Bad writing sells, see Colleen Hoover


@colleenhoover on Instagram

Zoe Poulis, Features Editor

Colleen Hoover lives my ideal life–she writes mediocre books, gets paid a fortune for it, then receives praise on social media–but that does not make me a fan. Her name has haunted the halls of “BookTok” ever since her 2016 novel “It Ends with Us” gained a cult-like following on the app–strange timing considering how long the book has been out. Though “It Ends with Us” and much of her other work are praised by many content creators on social media, there has been much debate on whether or not that praise has been earned. 

Many avid readers have expressed their disdain for not only the popular novel but its author as well; myself included. 

“Do people like books because other people like books, or do people like books because they actually have an opinion?” asked Erin Cox, a professor at the University who also works in the publishing industry. “What I want to know is, are they reading Colleen Hoover’s books because they actually like her, or do they just want to be a part of the fan club?” 

To answer this question, we must examine her most popular novel itself.  “It Ends with Us” follows Lily Blossom Bloom who, of course, owns a flower shop–that in and of itself is all I need to know to come to the conclusion that the writing is objectively bad. It all seems too good to be true when she meets Ryle (yes, that’s really the name Hoover went with). He’s a surgeon, he has his own troubled history and, in true rom-com fashion, the sex is great. Lily’s life was touched by domestic abuse at a young age and she vows never to end up in a relationship like her mother’s, until one day she does.

I will give credit where credit is due and say that the one thing done well here is the author’s ability to put the reader in the mindset of the victim and empathize with how difficult the decision to leave a toxic relationship is. But the main issue is how underdeveloped the entire novel is. I’ve heard Hoover is known for her twists, but in this case, the twist is violence within their seemingly perfect relationship. Tackling a subject like domestic abuse is difficult enough, but the writing itself feels sloppy as if the author is throwing in every possible subplot to add drama to an already dramatic story. The characters have little substance to them, and their relationships mirror that. Unfortunately, the whole thing ends up feeling like some kind of twisted fanfiction, which is a concern especially for the young audience it reaches. I fear that this kind of writing has carried over into her other novels as well since it’s widely proclaimed that all of her work is quite similar.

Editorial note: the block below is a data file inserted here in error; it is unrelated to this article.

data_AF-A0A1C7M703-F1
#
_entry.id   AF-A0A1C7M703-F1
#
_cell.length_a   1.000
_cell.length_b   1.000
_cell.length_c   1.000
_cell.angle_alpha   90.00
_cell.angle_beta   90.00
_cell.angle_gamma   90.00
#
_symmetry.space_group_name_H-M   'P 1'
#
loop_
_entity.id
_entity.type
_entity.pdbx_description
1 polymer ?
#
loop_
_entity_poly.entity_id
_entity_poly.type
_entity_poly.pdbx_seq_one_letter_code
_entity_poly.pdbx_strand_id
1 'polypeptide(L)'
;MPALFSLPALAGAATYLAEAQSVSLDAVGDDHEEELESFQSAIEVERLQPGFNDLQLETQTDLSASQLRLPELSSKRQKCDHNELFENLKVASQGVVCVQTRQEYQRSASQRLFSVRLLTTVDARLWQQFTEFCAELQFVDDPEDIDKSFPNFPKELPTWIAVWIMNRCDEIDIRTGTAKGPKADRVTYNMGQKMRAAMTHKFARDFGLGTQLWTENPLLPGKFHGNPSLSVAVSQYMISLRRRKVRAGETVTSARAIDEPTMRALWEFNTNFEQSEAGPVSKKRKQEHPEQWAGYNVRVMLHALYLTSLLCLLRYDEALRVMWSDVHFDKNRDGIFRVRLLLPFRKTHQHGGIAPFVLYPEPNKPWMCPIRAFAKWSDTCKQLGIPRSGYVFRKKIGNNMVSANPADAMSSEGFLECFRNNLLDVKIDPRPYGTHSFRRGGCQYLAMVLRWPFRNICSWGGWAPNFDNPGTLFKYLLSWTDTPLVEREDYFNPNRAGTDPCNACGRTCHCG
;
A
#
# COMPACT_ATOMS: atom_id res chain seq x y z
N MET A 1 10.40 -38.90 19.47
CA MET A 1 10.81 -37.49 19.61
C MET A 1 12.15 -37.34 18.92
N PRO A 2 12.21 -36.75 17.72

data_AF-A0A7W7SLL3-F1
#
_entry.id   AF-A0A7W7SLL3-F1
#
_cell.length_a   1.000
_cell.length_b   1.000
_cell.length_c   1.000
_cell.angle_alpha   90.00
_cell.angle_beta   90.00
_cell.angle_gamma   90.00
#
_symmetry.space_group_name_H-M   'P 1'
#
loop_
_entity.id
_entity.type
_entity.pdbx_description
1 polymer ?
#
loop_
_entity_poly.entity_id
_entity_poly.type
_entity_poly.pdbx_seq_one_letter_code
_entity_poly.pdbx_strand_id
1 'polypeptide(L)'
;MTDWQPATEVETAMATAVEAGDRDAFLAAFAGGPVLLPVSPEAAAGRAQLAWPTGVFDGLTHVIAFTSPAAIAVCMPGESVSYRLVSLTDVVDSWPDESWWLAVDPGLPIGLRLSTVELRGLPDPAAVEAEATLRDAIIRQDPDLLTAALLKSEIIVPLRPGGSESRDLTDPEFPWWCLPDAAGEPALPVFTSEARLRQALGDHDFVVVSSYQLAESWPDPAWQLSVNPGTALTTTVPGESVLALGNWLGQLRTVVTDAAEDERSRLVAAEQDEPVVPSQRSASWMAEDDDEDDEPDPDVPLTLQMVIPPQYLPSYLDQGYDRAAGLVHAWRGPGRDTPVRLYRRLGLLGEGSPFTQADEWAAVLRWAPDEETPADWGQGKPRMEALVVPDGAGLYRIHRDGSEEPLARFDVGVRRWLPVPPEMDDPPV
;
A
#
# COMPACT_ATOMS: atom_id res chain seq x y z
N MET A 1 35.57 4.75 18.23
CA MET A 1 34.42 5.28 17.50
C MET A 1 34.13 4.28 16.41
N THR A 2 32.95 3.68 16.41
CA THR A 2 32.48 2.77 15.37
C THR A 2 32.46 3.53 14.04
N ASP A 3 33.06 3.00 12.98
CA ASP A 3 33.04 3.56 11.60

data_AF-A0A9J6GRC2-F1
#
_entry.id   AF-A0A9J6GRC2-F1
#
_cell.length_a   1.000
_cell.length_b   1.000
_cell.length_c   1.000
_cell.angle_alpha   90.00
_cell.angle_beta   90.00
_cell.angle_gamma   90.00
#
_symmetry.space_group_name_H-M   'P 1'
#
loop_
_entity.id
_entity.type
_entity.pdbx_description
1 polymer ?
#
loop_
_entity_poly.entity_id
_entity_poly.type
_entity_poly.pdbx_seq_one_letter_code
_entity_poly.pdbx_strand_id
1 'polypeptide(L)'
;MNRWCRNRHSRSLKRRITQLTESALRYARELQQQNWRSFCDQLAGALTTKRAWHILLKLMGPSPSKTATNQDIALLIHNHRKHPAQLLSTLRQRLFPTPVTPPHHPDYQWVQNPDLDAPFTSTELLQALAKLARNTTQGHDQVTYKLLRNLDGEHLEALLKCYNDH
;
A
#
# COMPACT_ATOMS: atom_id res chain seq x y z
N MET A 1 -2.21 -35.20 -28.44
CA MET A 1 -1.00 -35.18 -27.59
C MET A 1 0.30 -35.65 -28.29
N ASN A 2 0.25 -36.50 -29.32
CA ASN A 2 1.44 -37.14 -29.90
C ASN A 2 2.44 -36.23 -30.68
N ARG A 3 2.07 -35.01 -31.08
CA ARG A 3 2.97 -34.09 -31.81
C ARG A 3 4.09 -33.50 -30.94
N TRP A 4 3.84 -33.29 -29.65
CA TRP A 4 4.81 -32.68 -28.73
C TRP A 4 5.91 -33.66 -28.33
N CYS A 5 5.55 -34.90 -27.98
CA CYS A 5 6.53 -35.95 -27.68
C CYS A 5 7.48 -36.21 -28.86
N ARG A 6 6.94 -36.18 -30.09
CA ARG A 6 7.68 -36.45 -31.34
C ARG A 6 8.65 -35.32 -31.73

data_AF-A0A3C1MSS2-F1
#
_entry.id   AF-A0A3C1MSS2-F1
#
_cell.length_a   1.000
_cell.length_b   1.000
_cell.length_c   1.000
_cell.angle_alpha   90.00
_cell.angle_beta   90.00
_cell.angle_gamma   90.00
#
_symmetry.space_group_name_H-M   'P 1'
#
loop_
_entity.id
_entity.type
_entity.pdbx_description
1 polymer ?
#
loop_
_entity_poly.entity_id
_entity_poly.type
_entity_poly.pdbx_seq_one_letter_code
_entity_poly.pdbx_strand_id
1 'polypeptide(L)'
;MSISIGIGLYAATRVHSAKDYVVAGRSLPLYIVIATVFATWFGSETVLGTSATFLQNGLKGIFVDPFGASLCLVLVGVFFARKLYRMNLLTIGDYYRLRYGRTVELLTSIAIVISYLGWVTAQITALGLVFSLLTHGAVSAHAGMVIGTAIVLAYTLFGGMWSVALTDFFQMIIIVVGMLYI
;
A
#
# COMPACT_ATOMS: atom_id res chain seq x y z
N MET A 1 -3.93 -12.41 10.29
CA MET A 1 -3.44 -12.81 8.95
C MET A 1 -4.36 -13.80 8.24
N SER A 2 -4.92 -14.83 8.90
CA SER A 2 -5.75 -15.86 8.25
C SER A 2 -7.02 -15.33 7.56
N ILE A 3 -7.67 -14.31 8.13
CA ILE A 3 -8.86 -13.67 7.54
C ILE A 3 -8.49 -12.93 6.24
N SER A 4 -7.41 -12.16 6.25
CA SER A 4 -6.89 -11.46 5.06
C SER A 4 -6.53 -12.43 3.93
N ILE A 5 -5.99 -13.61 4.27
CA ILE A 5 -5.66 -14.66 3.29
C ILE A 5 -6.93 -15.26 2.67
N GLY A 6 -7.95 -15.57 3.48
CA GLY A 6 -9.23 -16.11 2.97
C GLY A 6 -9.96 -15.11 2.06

Since I suspect that Hoover fans aren’t picking up her books because of how undeniably good her writing skills are, it makes me wonder why they are picking them up in the first place; even further than that, how she has the following she does. Other students are asking this same question. 

“From what I’ve heard, her writing is pretty amateur–enough so that I’m surprised she has such a big fanbase. It makes her writing accessible, but since her content is entirely adult, that’s also dangerous since so many children and preteens are drawn to her work,” Emma Sylvia, senior English major, pointed out. “The popularity of her works set a dangerous precedent for what preteens read.”

Many of Hoover’s books fall under the Young Adult (YA) category for readers 14+, but others are rated New Adult (18+) or Mature. Oftentimes, however, readers pay no mind to book ratings, resulting in teenagers reading books with very heavy content. If you look up Colleen Hoover on TikTok, comment sections are filled with things like, “me reading ‘It Ends with Us’ at 13…” and “I read her New Adult books before I could even count as a Young Adult.”

At the root of all this, the real issue might be the legitimacy of BookTok recommendations. It is safe to say that the younger generations often get their recommendations from social media–I would assume that this contributes to the spotlight Hoover finds herself in. Though this is not always the case, social media tends to put convenience and trendiness on a pedestal over quality. It would make sense then that her writing is consumed by readers who are not exactly looking for complex artistry but shock value and sex appeal: an entertaining read. It is often believed that reading is good for your mind regardless of the content, and while there is truth to that, I’m not sure how much we actually gain from reading books that are underdeveloped and poorly written. And BookTok continuing to promote books like this only pushes that issue further.

If reading one of Colleen Hoover’s books is what gets people to read, I’m all for it. But I question the implications that come with consuming this style of writing.